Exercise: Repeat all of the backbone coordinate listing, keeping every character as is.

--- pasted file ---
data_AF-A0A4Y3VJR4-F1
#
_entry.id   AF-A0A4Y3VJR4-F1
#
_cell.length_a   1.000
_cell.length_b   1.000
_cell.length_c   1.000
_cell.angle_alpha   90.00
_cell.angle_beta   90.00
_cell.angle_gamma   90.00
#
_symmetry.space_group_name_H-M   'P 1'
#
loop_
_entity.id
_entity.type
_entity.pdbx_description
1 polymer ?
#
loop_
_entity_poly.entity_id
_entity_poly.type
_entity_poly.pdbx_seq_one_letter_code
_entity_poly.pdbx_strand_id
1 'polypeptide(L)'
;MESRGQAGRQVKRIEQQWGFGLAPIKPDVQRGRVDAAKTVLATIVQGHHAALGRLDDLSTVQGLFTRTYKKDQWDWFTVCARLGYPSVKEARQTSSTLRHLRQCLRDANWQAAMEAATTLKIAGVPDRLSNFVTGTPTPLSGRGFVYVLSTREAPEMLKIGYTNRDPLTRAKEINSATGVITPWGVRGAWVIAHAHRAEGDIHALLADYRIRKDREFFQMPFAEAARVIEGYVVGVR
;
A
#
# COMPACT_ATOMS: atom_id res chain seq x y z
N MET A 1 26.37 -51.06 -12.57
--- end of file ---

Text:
data_AF-A0A4Y3VJR4-F1
#
_entry.id   AF-A0A4Y3VJR4-F1
#
_cell.length_a   1.000
_cell.length_b   1.000
_cell.length_c   1.000
_cell.angle_alpha   90.00
_cell.angle_beta   90.00
_cell.angle_gamma   90.00
#
_symmetry.space_group_name_H-M   'P 1'
#
loop_
_entity.id
_entity.type
_entity.pdbx_description
1 polymer ?
#
loop_
_entity_poly.entity_id
_entity_poly.type
_entity_poly.pdbx_seq_one_letter_code
_entity_poly.pdbx_strand_id
1 'polypeptide(L)'
;MESRGQAGRQVKRIEQQWGFGLAPIKPDVQRGRVDAAKTVLATIVQGHHAALGRLDDLSTVQGLFTRTYKKDQWDWFTVCARLGYPSVKEARQTSSTLRHLRQCLRDANWQAAMEAATTLKIAGVPDRLSNFVTGTPTPLSGRGFVYVLSTREAPEMLKIGYTNRDPLTRAKEINSATGVITPWGVRGAWVIAHAHRAEGDIHALLADYRIRKDREFFQMPFAEAARVIEGYVVGVR
;
A
#
# COMPACT_ATOMS: atom_id res chain seq x y z
N MET A 1 26.37 -51.06 -12.57